The construction trade association Associated Building Contractors (ABC) was one of 150 business groups that received a letter from Congressman Darrell Issa (R-CA) in December, asking for their ideas about federal regulations “that have negatively impacted job growth.” ABC responded with a list heavy on opposition to labor protections, such as requirements for prevailing wage and labor-management agreements on federal construction projects.
The trade association’s hit list also includes three OSHA initiatives, one of which was withdrawn just yesterday by the agency.
I’m particularly baffled by ABC’s opposition to the agency’s interest in proposing an injury and illness prevention rule. Workers employed in construction jobs, with their skills, talent and experience, have to be the industry’s single greatest asset. You’d think that the industry would embrace the idea. It has the potential to level the playing field for responsible employers who already find and fix hazards, and those who cut corners on safety.
ABC tells Congressman Issa, OSHA is going to “require all employers, regardless of size, to ‘find and fix’ workplace hazards,” as if that is some radical idea. Are employers, especially in the construction industry, alarmed at the notion that they are supposed to identify hazards that can cause serious harm or death and correct them? Sounds like common sense to me. ABC says it’s part of the Obama Administration’s
“goal of increased federal control of the private workplaces.”
We’d still have children working in factories, 300 workers dying a year in coal mines, etc. without federal laws controlling abuses by unscrupulous employers.
Finding and fixing workplace hazards is not a radical idea. Responsible employers already do it. There’s a 40 year old law that essentially requires it:
“Each employer shall furnish to each of his employees employment and a place of employment which are free from recognized hazards that are causing or likely to cause death or serious physical harm to his employees.”
Some employers ignore the law and put workers’ and the public’s lives at risk. The idea of finding and fixing hazards is foreign to them. They see it as a burden, not a responsibility. They’d rather break the law and take the chance of getting caught. It’s part of their business model.
Take the demolition contractor, MJ Scoville Inc. of Binghamton, New York. This company expected workers to dismantle parts of an elevator shaft 40 feet in the air without any fall protection. Does it impede economic growth to provide safety harnesses for workers? I don’t think so. In fact, if Scoville wanted to make sure he had the right gear for his crew, he could have helped the local economy by consulting with a safety equipment rep.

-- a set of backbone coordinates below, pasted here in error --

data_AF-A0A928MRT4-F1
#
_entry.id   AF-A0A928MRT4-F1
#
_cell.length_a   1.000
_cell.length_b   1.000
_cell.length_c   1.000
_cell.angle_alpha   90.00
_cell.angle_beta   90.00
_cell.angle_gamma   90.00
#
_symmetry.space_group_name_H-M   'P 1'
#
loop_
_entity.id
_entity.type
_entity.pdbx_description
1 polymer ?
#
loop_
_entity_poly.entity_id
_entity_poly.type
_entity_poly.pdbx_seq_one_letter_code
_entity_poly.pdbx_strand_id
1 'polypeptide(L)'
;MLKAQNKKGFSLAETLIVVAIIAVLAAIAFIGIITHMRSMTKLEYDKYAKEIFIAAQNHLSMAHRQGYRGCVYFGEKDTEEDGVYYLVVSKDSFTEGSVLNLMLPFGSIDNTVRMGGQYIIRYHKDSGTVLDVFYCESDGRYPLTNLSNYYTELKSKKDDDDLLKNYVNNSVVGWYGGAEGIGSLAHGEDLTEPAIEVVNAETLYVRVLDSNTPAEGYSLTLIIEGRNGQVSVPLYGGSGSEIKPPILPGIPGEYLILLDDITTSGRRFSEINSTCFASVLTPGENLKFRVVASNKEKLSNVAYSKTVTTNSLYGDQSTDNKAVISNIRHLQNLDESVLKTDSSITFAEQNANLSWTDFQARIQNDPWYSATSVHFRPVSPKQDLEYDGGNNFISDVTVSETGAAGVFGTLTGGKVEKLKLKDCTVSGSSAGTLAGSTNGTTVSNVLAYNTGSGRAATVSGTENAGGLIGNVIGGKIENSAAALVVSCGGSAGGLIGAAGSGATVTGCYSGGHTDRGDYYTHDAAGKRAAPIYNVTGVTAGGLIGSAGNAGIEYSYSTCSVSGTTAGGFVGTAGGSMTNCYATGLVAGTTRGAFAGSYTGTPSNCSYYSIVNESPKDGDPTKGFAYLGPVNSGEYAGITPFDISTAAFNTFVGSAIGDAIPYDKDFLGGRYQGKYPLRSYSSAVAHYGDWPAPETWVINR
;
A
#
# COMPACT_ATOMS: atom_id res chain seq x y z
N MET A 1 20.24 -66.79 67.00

Another company, JE Amorello Inc. had workers inside a deep unshored trench at a jobsite in Quincy, Massachusetts. Had the dirt walls of the trench collapsed, the workers would likely have suffocated. Is this a well-recognized hazard for a company that does sewer utility work?? Yes. Can the hazard be easily addressed??? Yes. Worse yet, this employer has been cited previously for the deadly hazards created by an unshored trench.
Surely, ABC can’t defend companies like these that show plain indifference to fundamental safety requirements. Finding and fixing hazards is an employer’s duty.
It took me only 5 minutes to find construction employers in my community who seem to embrace a proactive approach to injury prevention. I found two who are members of the local ABC chapter and winners the group’s 2010 “Excellence in Construction Safety Award.” They are Flynn Construction and SpawGlass. Flynn Construction Inc. says they approach safety
“…through pre-planning from the identification of present and future hazards.”
Sounds like “finding and fixing hazards” to me.
The SpawGlass company explains they
“…provide site specific preconstruction safety hazard analyses,”
which is another way of saying, the identify potential hazards and take steps to address them. When SpawGlass learned it was ranked #1 in safety by the American Contractors Insurance Group (ACIG) it noted:
“We must continue to take safety to the next level, keep our job sites safe and ensure our employees go home safely to their families each day.”
SpawGlass and Flynn Construction sound like companies that have incorporated the practice of finding and fixing hazards into their day-to-day operations. The lobbyists for ABC may not want to admit it, but I’m confident there are many, many more companies who do the same.